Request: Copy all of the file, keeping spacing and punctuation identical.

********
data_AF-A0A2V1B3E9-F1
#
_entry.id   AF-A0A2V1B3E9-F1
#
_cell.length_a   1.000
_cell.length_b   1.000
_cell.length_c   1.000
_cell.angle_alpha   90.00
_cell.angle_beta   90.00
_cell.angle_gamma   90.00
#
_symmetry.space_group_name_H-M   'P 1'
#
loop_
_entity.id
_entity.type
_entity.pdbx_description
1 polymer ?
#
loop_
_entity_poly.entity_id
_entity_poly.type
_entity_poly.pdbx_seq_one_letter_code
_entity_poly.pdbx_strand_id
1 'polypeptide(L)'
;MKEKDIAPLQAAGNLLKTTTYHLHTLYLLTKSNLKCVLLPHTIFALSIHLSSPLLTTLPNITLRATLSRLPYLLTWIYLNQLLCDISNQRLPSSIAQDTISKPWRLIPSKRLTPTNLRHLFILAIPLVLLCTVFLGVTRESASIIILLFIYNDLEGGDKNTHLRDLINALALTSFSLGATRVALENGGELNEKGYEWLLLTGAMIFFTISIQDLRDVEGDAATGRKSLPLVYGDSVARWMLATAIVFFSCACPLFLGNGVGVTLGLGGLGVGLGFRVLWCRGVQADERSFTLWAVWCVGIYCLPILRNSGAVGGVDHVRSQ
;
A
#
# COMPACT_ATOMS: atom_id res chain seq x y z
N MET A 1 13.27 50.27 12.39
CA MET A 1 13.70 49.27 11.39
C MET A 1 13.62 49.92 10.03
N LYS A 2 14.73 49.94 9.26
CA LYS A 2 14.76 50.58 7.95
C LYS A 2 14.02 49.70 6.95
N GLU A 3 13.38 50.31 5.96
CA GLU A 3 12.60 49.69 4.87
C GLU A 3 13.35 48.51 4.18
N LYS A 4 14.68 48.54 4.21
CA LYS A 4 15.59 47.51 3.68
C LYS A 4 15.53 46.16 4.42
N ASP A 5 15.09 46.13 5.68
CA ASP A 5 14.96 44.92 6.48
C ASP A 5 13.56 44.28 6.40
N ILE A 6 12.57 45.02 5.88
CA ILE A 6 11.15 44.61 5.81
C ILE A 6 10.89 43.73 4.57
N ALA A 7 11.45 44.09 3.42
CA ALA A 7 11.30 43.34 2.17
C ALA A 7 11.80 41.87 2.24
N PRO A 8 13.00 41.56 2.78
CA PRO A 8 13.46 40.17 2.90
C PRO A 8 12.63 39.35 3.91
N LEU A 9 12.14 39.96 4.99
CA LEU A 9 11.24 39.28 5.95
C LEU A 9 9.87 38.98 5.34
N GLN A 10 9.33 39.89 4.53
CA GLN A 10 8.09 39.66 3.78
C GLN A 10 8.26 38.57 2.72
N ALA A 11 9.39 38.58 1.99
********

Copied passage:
data_AF-A0A2V1B3E9-F1
#
_entry.id   AF-A0A2V1B3E9-F1
#
_cell.length_a   1.000
_cell.length_b   1.000
_cell.length_c   1.000
_cell.angle_alpha   90.00
_cell.angle_beta   90.00
_cell.angle_gamma   90.00
#
_symmetry.space_group_name_H-M   'P 1'
#
loop_
_entity.id
_entity.type
_entity.pdbx_description
1 polymer ?
#
loop_
_entity_poly.entity_id
_entity_poly.type
_entity_poly.pdbx_seq_one_letter_code
_entity_poly.pdbx_strand_id
1 'polypeptide(L)'
;MKEKDIAPLQAAGNLLKTTTYHLHTLYLLTKSNLKCVLLPHTIFALSIHLSSPLLTTLPNITLRATLSRLPYLLTWIYLNQLLCDISNQRLPSSIAQDTISKPWRLIPSKRLTPTNLRHLFILAIPLVLLCTVFLGVTRESASIIILLFIYNDLEGGDKNTHLRDLINALALTSFSLGATRVALENGGELNEKGYEWLLLTGAMIFFTISIQDLRDVEGDAATGRKSLPLVYGDSVARWMLATAIVFFSCACPLFLGNGVGVTLGLGGLGVGLGFRVLWCRGVQADERSFTLWAVWCVGIYCLPILRNSGAVGGVDHVRSQ
;
A
#
# COMPACT_ATOMS: atom_id res chain seq x y z
N MET A 1 13.27 50.27 12.39
CA MET A 1 13.70 49.27 11.39
C MET A 1 13.62 49.92 10.03
N LYS A 2 14.73 49.94 9.26
CA LYS A 2 14.76 50.58 7.95
C LYS A 2 14.02 49.70 6.95
N GLU A 3 13.38 50.31 5.96
CA GLU A 3 12.60 49.69 4.87
C GLU A 3 13.35 48.51 4.18
N LYS A 4 14.68 48.54 4.21
CA LYS A 4 15.59 47.51 3.68
C LYS A 4 15.53 46.16 4.42
N ASP A 5 15.09 46.13 5.68
CA ASP A 5 14.96 44.92 6.48
C ASP A 5 13.56 44.28 6.40
N ILE A 6 12.57 45.02 5.88
CA ILE A 6 11.15 44.61 5.81
C ILE A 6 10.89 43.73 4.57
N ALA A 7 11.45 44.09 3.42
CA ALA A 7 11.30 43.34 2.17
C ALA A 7 11.80 41.87 2.24
N PRO A 8 13.00 41.56 2.78
CA PRO A 8 13.46 40.17 2.90
C PRO A 8 12.63 39.35 3.91
N LEU A 9 12.14 39.96 4.99
CA LEU A 9 11.24 39.28 5.95
C LEU A 9 9.87 38.98 5.34
N GLN A 10 9.33 39.89 4.53
CA GLN A 10 8.09 39.66 3.78
C GLN A 10 8.26 38.57 2.72
N ALA A 11 9.39 38.58 1.99